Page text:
• A table of data representing database result in response to a executeQuery()
  • Maintains a cursor pointing to the current row of data

    • Call boolean next() advance the cursor
  • Can be made scrollable and/or updatable
  • Provides getter methods for reading the current row (by column name or index)

    • Type sensitive: getString, getInt, getDate
    • Index starts at 1; names are case insensitive

Connection con = DriverManager.getConnection(url);
try {
  Statement stmt = con.createStatement();
  try {
    ResultSet resultSet = stmt.executeQuery(
      "SELECT CustomerID, CompanyName, ContactName FROM Customers");
    try {
      // for all rows
      while (resultSet.next()) {
        // print the columns of the current row (indexed by name)
        System.out.print(resultSet.getString("CustomerID"));
        System.out.print(", ");
        System.out.print(resultSet.getString("CompanyName"));
        System.out.print(", ");
        System.out.print(resultSet.getString("ContactName"));
        System.out.println();
      }
    } finally {
      resultSet.close();
    }
  } finally {
    stmt.close();
  }
} finally {
  con.close();
}

From JavaDoc: In general, using the column index is more efficient. For maximum portability, result set columns within each row should be read in left-to-right order, and each column should be read only once.

17.6. Using ResultSetMetaData

  • Used to get information about the types and properties of the columns in a ResultSet object:

    • getColumnCount
    • getColumnDisplaySize
    • getColumnLabel, getColumnName
    • getColumnType, getColumnTypeName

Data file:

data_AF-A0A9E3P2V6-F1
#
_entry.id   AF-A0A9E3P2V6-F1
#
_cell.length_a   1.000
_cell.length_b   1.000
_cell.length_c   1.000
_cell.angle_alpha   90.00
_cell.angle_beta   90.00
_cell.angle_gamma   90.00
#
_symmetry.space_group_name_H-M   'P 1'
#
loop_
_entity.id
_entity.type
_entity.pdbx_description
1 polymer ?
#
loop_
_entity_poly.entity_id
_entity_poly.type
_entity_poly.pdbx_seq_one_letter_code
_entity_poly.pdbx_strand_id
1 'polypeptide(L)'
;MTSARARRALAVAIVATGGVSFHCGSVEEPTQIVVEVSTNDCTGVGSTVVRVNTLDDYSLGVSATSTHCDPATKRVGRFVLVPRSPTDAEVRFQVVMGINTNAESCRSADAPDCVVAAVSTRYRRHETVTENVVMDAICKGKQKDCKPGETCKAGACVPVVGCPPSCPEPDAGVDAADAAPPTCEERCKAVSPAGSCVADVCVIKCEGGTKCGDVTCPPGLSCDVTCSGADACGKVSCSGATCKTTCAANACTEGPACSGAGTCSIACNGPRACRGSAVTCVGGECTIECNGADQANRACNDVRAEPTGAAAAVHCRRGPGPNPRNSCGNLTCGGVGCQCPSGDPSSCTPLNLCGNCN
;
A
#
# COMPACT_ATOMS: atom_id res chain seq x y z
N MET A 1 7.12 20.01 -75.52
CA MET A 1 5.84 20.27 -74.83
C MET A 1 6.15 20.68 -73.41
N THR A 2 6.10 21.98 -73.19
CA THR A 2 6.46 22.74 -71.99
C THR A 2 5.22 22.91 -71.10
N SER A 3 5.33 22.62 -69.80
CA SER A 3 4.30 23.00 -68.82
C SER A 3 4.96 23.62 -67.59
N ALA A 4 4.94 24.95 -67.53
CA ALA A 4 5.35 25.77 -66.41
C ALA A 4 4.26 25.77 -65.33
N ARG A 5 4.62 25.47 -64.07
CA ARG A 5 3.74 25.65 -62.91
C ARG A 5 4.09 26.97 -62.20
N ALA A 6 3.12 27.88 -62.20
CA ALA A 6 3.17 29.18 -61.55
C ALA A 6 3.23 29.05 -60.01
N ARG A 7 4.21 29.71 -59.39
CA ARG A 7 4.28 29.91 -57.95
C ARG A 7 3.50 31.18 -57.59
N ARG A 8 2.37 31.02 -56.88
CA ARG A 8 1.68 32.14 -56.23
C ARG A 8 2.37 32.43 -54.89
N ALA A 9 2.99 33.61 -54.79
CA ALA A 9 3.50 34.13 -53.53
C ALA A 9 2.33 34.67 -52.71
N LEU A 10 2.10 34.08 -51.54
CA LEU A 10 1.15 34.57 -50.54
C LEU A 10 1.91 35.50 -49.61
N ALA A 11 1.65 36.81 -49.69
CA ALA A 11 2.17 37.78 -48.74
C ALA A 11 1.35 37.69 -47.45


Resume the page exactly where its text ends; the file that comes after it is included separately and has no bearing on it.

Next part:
• isAutoIncrement, isCaseSensitive, isNullable, isReadOnly, isSearchable, isSigned, isWritable

String customerID = "someid";
Connection con = DriverManager.getConnection(url);
try {
  // prepare the statement
  PreparedStatement stmt = con.prepareStatement(
    "SELECT * FROM Customers WHERE CustomerID=?");
  try {
    stmt.setString(1, customerID);
    ResultSet resultSet = stmt.executeQuery();
    try {
      if (resultSet.next()) {
        ResultSetMetaData metaData = resultSet.getMetaData();
        for (int c = 1; c <= metaData.getColumnCount(); c++) {
          System.out.print(metaData.getColumnName(c));
          System.out.print(": ");
          System.out.println(resultSet.getObject(c));
        }
      } else { // customer not found
        System.err.println(customerID + " not found");
      }
    } finally {
      resultSet.close(); // release resultSet
    }
  } finally {
    stmt.close(); // release the statement
  }
} finally {
  con.close(); // release the connection
}

17.7. Updates

  • Update actions (INSERT, UPDATE, DELETE) are triggered through

    int result = stmt.executeUpdate();
  • The integer result is set to:

    • the row count returned by INSERT, UPDATE, DELETE statements
    • 0 for SQL statements that return nothing

Connection con = DriverManager.getConnection(url);
try {
  PreparedStatement stmt = con.prepareStatement(
    "INSERT INTO Employee VALUES (?, ?, ?, ?, ?)");
  try {
    stmt.setString(1, "John");
    stmt.setString(2, "555-12-345");
    stmt.setString(3, "john@company.com");
    stmt.setInt(4, 1974);
    stmt.setInt(5, 7);
    int result = stmt.executeUpdate();
    if (result == 0) {
      System.out.println("Employee not added.");
    } else {
      System.out.println("Employee added.");
    }
  } finally {
    stmt.close(); // release the statement
  }
} finally {
  con.close(); // release the connection
}